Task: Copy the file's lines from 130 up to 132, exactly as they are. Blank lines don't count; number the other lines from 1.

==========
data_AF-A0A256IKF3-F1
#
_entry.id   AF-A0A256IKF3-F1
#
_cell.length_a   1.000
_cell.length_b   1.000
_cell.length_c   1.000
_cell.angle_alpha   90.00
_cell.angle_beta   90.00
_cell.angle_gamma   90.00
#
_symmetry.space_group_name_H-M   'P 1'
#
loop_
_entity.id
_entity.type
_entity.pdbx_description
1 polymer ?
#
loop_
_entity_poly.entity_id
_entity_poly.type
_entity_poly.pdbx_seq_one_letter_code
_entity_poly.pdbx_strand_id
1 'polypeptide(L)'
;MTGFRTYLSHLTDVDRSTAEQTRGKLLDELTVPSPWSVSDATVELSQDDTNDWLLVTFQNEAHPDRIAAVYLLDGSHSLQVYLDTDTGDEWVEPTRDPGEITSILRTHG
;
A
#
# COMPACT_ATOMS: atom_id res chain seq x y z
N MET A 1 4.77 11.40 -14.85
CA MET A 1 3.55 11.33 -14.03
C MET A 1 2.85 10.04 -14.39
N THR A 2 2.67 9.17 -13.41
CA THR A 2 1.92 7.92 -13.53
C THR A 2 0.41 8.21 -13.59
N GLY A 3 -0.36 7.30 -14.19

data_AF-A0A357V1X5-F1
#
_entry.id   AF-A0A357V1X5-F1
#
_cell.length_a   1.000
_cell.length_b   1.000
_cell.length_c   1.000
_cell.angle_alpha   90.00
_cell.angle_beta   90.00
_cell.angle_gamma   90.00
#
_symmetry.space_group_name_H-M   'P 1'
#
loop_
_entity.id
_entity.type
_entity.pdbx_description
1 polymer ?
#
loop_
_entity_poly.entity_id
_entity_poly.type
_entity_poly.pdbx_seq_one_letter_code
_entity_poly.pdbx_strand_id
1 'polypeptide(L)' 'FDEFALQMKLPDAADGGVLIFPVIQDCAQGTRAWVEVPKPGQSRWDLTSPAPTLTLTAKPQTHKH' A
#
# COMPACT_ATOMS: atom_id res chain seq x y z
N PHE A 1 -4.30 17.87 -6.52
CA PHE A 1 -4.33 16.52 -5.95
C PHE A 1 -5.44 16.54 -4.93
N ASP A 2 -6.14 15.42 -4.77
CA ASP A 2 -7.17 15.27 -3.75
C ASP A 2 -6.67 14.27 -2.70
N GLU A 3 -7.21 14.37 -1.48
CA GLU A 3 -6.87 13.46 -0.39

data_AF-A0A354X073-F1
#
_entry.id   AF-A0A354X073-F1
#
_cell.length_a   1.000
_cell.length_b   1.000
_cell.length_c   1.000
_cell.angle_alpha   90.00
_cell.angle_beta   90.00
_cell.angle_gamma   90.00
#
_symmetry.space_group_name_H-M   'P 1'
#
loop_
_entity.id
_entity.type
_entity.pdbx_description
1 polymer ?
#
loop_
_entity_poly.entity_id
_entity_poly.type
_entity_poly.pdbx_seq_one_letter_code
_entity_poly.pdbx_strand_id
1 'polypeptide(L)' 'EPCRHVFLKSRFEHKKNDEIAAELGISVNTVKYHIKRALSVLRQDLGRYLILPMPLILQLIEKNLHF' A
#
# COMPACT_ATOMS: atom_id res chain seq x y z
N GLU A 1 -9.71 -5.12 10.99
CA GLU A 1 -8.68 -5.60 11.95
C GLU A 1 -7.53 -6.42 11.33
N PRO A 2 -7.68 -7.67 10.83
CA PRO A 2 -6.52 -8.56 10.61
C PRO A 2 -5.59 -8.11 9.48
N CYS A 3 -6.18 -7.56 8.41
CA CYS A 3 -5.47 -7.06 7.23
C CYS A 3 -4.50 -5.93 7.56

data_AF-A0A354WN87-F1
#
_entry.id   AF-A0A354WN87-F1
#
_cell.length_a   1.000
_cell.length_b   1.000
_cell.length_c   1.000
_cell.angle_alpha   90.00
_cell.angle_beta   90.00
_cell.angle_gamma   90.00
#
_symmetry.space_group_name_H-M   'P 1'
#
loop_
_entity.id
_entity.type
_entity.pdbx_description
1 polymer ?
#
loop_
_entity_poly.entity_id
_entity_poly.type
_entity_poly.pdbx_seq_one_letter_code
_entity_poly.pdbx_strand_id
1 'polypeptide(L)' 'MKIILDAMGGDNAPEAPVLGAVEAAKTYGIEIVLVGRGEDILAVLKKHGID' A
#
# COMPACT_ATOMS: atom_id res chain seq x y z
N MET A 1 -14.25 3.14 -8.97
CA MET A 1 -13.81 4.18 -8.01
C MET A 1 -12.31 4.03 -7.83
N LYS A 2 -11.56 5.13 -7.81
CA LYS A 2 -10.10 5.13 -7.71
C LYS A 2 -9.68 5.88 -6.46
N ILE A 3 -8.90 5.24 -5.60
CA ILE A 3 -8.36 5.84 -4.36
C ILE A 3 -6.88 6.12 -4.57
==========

_entity_poly.type
_entity_poly.pdbx_seq_one_letter_code
_entity_poly.pdbx_strand_id